Election 2008

Patti: I can’t believe the day has finally come and gone. It seems like it took so LONG to get here – election day! Johanna and I couldn’t let this pass without some sort of mention, so we thought we’d talk to each other here in this column about our impressions from both coasts — East and West!

Johanna: My  mother, who is 82 years old, told me that it reminded her of when Kennedy won.  The jubilation, the sense of hope.  She said she’d forgotten how that felt until Obama won on Tuesday.  She noted how he’s inspired so many young people and how Kennedy did the same thing.  “John and Jackie are coming back to the White House,” a friend of hers said yesterday.

Patti: You know, I thought about that. I was pretty small at the time, but I remember how people talked about it. I gotta say, it was pretty exciting that people were spontaneously celebrating in front of the White House — totally unprecedented! I can’t believe I didn’t hop in the car myself and head on down there, but I had to catch an early flight the next morning — god, I’m lame! (But still working on fabulous!) As it was, I was up until after 1 a.m. listening to speeches — how could you not? What a historical moment. I definitely envied you West-coasters, though, who were getting it in prime time!

Johanna:  It was truly FABULOUS.  I watched the election coverage at a friend’s house, with about ten other people.  We were tuned into Jon Stewart and Stephen Colbert.  When Stewart just announced that Obama had won, we jumped out of our seats cheering and clapping.  We heard some cheers coming from outside the house and went outside on the landing to see other families coming out of their homes and cheering.  When Henri and I drove home to Berkeley, all cars on the road were honking in joy and when we finally got into bed later that night, we could hear the cheers of UC Berkeley students, who had poured into the streets.  In fact, a Cal freshman that I know told me that she was getting into bed in her dorm room at around 11 p.m. and when she found out fellow students were headed out, she said, “This is a once in a lifetime opportunity,” and joined them.  I’ll attach a snapshot she took on Telegraph Ave. at midnight.

Patti: This election wore me out. As I get older, the negativity takes more and more of a toll. But when I went to vote –which, let’s face it, had a slightly different feel to it this time than in elections past with the huge turnout — I felt like I was honoring all the women who came before me and made it possible for me to be standing in that line at all. They defined fabulous, and they endured some of the most humiliating and dehumanizing treatment imaginable –incarceration in jails and insane asylums, starvation and force feeding, beating, you name it.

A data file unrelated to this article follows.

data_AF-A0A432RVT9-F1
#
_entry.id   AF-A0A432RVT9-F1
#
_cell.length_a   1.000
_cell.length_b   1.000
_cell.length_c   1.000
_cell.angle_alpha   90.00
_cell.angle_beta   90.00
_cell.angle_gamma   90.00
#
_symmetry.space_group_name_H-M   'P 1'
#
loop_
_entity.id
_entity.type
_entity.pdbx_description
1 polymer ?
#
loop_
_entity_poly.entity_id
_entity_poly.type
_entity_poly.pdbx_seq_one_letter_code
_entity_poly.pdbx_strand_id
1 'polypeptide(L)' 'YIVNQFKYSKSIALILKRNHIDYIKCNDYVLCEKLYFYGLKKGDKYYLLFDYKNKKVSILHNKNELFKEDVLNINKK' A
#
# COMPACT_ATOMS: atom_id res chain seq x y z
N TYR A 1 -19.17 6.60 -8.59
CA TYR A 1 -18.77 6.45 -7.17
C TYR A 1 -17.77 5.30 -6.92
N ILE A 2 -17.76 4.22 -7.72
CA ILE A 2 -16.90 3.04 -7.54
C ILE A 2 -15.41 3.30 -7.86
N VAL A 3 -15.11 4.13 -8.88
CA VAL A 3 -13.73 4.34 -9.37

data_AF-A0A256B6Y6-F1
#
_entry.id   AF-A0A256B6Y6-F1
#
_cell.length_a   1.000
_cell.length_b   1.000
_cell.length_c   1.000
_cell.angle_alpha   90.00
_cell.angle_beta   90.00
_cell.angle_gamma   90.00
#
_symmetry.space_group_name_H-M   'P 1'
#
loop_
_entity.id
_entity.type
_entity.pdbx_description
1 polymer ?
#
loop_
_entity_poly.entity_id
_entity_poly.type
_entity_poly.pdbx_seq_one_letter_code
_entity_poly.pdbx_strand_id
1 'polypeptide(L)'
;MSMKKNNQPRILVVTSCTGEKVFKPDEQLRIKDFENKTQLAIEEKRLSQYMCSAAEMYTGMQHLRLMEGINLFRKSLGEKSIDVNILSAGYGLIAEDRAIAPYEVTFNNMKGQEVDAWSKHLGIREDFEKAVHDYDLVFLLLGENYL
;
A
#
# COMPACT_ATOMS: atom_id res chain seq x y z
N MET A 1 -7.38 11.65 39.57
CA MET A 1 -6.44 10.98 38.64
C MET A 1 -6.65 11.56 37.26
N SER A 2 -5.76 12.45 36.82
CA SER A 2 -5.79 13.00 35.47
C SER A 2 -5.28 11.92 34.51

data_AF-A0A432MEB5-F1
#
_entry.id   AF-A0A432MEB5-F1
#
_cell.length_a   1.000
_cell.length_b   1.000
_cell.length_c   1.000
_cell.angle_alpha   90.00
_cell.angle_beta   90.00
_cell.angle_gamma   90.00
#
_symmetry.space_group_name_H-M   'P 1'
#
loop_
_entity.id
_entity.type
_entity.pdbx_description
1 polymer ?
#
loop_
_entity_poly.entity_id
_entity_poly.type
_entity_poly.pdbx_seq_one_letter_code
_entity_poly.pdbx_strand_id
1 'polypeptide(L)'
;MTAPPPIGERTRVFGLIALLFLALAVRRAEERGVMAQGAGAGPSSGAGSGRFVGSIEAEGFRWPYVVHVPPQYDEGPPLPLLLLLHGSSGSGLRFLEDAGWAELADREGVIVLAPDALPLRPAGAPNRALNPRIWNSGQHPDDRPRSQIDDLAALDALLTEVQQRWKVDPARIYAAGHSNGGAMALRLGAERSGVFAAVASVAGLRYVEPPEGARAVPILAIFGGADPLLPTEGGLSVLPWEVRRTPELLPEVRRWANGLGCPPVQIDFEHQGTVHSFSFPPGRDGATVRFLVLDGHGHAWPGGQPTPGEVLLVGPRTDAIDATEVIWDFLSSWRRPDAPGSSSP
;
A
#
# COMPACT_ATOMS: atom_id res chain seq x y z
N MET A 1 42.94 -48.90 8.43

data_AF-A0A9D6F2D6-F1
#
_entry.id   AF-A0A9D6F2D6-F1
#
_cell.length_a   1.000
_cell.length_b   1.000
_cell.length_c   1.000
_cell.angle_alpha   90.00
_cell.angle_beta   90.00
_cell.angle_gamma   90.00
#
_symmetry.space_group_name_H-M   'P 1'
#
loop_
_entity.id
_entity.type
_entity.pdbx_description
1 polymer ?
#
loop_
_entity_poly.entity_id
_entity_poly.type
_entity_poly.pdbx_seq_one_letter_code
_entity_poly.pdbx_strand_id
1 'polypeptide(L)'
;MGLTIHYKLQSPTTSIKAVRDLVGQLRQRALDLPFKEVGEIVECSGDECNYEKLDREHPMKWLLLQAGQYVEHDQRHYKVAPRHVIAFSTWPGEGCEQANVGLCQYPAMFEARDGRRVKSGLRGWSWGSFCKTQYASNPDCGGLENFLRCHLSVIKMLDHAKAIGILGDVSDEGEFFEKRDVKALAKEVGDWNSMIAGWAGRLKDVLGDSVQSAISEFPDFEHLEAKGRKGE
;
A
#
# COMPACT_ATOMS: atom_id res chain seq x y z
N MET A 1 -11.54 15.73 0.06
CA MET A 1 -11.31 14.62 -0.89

I just feel I have to talk about the suffragists here. I don’t want people (women, especially) to forget  their bravery and how much they put themselves at risk for all of us women to have the vote. If I voted for no other reason, it would be that. And please don’t call them suffragettes! That was a derogatory term made to diminish them and make them seem less consequential. just silly little girls. I’ll get off my soapbox now, but I did want to talk about that and give them the recognition they deserve.

Don’t get me wrong – I’m good with the way the election turned out, but I can’t wait until our president is a woman, though!

Johanna:  Very good points.  It’s so important to remember our history as a gender, because it can be taken for granted.  I think about Gloria Steinem or Betty Friedan.  I think about the fact that women’s rights was considered “radical.”  We still have a ways to go, mind you, but it’s thanks to women like that, who were willing to stand up to what was conventional and accepted, and to rock the boat, if you will.  I fight complacency.  I try every day to remember all that happened before my time and all the energy and sacrifice that others made, in order for my way of life today to even be possible.  I try to fight my own fights in the same way, remembering that though the causes may not be understood in today’s conventional society, there’s a bigger picture here.  Rights and equality and compassion for all.  That’s the bottom line.  But don’t get me on MY soapbox!  My goodness.  

This election gave hope back to people who lost it, or more, never even had it in the first place.  Did you know that 69% of first time voters in this election, voted for Obama?